This Robot Can Make Uncomfortable Eye Contact And Reflect Human Facial Expressions

The concept of a human-like robot is already pretty creepy and unnerving. When you add unbroken eye-contact and human-like expressions which mirror those of the individual presented in front of the robot, however, you get something that is incredibly unsettling. Unfortunately, we could be seeing this disturbing idea come to life in the near future.


Vancouver, British Columbia was the recent host of SIGGRAPH, a convention for robotics, computer graphics, and interactive techniques. At SIGGRAPH, Takayuki Todo brought along his newest creation, the Simulative Emotional Expression Robot (SEER for short).

The SEER is basically a head and neck humanoid that can lock eyes with the nearest person and reflect their facial expression back at them. While this might not sound like much, the circuitry and programming involved are actually incredibly intricate. Aside from a few minor glitches, the SEER executed its goal with impressive accuracy.


For the time being, the SEER can switch between two different modes: imitative and eye contact. In both modes, the robot depends on an internal camera which identifies and records facial features in real time. In imitative mode, SEER can reflect back the positions of the viewers’ eyebrows and eyelids, mirroring the expressions practically without fault.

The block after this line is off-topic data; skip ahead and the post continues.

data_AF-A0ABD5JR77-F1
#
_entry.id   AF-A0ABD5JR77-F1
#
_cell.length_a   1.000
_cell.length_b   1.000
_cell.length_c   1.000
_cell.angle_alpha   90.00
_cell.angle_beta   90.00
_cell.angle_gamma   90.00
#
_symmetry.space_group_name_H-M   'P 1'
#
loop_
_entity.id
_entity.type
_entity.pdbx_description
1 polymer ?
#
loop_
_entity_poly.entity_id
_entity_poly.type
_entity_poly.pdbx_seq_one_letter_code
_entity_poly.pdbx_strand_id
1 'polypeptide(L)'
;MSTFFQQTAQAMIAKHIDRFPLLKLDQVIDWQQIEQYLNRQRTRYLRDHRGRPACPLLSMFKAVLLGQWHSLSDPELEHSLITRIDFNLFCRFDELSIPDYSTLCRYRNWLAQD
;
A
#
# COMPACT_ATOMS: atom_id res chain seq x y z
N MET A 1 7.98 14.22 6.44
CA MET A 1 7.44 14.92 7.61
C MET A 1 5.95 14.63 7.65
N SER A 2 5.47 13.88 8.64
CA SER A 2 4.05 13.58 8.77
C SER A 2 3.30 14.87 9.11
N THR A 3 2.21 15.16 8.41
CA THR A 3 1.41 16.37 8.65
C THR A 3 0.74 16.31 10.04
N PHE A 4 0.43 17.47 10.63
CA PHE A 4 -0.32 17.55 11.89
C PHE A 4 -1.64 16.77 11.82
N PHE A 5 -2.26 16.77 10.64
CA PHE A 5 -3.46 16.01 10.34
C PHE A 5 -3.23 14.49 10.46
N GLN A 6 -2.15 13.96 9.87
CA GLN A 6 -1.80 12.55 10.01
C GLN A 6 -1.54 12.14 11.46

Every so often, the camera fails to read facial data, causing the robotic face to vibrate or glitch, but for the most part, it’s very accurate. Of course, nothing can perfectly simulate the highly-expressive facial features of real humans, but the SEER comes frighteningly close.


In eye contact mode, the SEER will make uninterrupted eye contact with whichever human is closest. Because the robot is equipped with a delicate, childlike, neutrally sculpted face, along with incredibly realistic eyes, numerous SIGGRAPH attendants reported feeling a surprising amount of empathy towards the SEER.

While Takayuki Todo’s work is strictly an art project for the time being, who knows what the future will hold for the SEER?